For Jews, Holiday Season Offers Chance To Set Aside Pride

Apologizing and Repentance Are Important for Nations, Too

By J.J. Goldberg

Published September 08, 2011, issue of September 16, 2011.
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Well, here we are in the month of Elul, approaching the sacred Jewish season of repentance and forgiveness. This is the month set aside in tradition for practicing our shofar blowing and apologizing to our neighbors. So what’s the big message out of the Jewish state? “No apologies, no way.” And a happy new year to you, too.

Normally, we think of an apology as a useful gesture, a nicety that helps to smooth a few ruffled feathers. I hurt your feelings, I think you should get over it, but your foolish pride won’t let you. What will it cost me to make the first move? Just a bit of pride. So I shrug, grin sheepishly and say the words, and we hug. Crisis averted.

The Israeli-Turkish smack-down over last year’s flotilla deaths is a squabble of a very different magnitude, but it comes down to the same thing: pride. Turkey says its national honor requires an Israeli apology for the deaths of Turkish citizens; Israel says its national honor forbids apologizing for an act of legitimate self-defense. They’re a pair of old friends, stuck in a downward slide toward enmity because neither one will blink.

The difference between them is that Israel has much more to lose: its most important regional ally, its third largest trading partner and its vital bridge to the Muslim world. Risking all that for the sake of honor seems unforgivably short-sighted.

On the other hand, that sort of misses the point of the season, doesn’t it? I just got through arguing that the crisis boils down to a deficit of repentance and forgiveness, because Israel won’t repent and Turkey won’t forgive. How can I then proceed to call either side’s actions unforgivable? The answer is, I can’t.

This puts me in an awkward spot. The two erstwhile allies are playing a high-stakes game of chicken and putting the stability of the Middle East and the lives of Israelis at risk. The rest of us are entitled — or obliged — to assess the situation and assign responsibility. The world has gotten too small for conflicts to be kept private. And yet, the way to forgiveness must not be closed off. It’s the only way that conflicts are resolved.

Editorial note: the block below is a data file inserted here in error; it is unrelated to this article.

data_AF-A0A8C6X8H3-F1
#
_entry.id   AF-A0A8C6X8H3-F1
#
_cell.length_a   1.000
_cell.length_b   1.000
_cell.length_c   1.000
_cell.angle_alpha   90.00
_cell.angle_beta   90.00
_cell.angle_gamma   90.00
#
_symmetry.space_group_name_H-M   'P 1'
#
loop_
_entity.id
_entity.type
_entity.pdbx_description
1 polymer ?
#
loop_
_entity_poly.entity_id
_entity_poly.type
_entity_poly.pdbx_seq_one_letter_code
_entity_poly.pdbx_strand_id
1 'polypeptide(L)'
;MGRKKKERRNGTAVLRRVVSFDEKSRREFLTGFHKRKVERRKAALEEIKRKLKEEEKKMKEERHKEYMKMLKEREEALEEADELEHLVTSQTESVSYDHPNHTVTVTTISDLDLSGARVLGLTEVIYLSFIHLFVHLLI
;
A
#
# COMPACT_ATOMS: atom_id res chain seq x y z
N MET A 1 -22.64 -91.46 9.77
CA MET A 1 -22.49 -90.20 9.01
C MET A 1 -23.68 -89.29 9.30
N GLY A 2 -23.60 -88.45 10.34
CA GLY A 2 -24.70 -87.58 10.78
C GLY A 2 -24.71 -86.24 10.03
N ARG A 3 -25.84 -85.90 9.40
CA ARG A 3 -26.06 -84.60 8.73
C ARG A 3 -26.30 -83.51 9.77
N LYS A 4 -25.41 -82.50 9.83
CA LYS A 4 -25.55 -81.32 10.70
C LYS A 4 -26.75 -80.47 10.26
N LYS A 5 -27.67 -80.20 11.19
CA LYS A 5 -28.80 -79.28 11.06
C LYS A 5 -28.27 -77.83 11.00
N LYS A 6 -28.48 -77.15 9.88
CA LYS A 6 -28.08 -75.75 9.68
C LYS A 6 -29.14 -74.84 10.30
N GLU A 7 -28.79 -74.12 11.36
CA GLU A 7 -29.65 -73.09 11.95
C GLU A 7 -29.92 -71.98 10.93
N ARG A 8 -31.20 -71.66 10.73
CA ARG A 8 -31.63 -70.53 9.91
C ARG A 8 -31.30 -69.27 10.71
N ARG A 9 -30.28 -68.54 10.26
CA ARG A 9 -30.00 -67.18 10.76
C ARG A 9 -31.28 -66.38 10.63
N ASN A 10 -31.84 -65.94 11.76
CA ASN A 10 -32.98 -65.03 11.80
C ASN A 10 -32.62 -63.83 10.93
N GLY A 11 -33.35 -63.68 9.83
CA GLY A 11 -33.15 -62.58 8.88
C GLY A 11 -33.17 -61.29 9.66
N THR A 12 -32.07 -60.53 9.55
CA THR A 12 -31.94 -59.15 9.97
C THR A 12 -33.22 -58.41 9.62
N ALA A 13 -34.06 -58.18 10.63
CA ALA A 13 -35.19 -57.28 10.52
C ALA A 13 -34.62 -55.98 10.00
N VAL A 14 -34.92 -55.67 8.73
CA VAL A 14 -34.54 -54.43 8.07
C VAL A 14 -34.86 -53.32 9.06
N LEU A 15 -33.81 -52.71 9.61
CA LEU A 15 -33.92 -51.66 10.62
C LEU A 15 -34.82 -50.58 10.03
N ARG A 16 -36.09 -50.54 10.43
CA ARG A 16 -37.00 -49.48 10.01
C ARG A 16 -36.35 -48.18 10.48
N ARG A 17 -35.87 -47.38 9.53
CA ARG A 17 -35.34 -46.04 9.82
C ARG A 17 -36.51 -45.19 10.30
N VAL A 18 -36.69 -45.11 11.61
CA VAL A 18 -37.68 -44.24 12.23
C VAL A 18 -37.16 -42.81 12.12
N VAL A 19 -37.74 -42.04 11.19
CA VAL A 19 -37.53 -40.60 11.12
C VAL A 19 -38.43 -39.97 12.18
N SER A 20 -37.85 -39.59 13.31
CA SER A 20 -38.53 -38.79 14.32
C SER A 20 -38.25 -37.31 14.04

This High Holy Day season is a good time to step back and sort out the complications of conflict and resolution. After all, that’s what the New Year and Day of Atonement are really about. This is the time of year when we close out our emotional accounts, both payable and receivable, so that we can enter the new year with a clean slate. That means clearing up our lingering grudges. We’re supposed to seek peace with those we’ve wronged by apologizing. No less important, we’re required to make peace with those who’ve wronged us by forgiving them.

It sounds straightforward, but it’s not. The truth is that the wrongs we do to others are usually things we believed were right at the time. More often than not, we still feel that way. The natural instinct is to offer a half-apology: “I’m sorry if I made you feel bad.” Of course, this is another way of saying, “I didn’t do anything wrong, but if you got your nose out of joint, you have my sympathy.” It’s a phony apology, and any forgiveness it elicits will be just as phony. A real apology is a genuine expression of regret: I understand what I put you through. I wish I had found another way. That’s a lot more difficult.

Forgiving is even more complicated. As easy as it is for me to point out the good intentions that lay behind my own misdeeds, it’s hard to get past the feeling that those who harmed me did so on purpose. We celebrate forgiveness as an ideal, but usually it’s little more than a willingness to swallow our feelings and move on. Real forgiveness is more like a decision to dismiss the charges. It’s a process of seeing the deed through eyes of the doer and understanding what led up to it. It’s a bit unnatural, and yet it’s a basic building block of peace.

That’s where Yom Kippur comes in. The holiday is a guided exercise that trains us to master the contradictions of regret. We come together to confess our misdeeds, both individual and collective. We speak them aloud, surrounded by a community of witnesses. We repeat the same confession again and again as the day goes on and hunger wears down our resistance. We ask forgiveness for the intentional wrongs and the accidental ones, for those we knew about and those we didn’t. Then we take God’s part and grant forgiveness to the sinners among us. We acknowledge that “all the nation is in error,” that we are all blind, collectively and individually, and that all we can do is do our best. Sometimes, as Murray Burns said in “A Thousand Clowns,” a good apology is the most you can expect.

Unfortunately, the system seems to have broken down lately. We go through the motions of apologizing and forgiving, but the acts have lost their meaning. Not only have we lost the skills of repentance — we’ve somehow come to see them as bad things. Humility and mutual understanding are tantamount to treason. Honor and pride are everything. Seeing the world and ourselves through the eyes of another has gone the way of the Charleston and the New York City subway token.

The Israeli government’s response to the flotilla incident is the obvious example, but it’s dangerous to stop the list there. Listen to the way peaceniks talk about settlers, or conservatives talk about President Obama, or liberals talk about pro-lifers. There is more that unites us than we realize. Like mutual loathing. It’s time to take back Yom Kippur.

Contact J.J. Goldberg at goldberg@forward.com.


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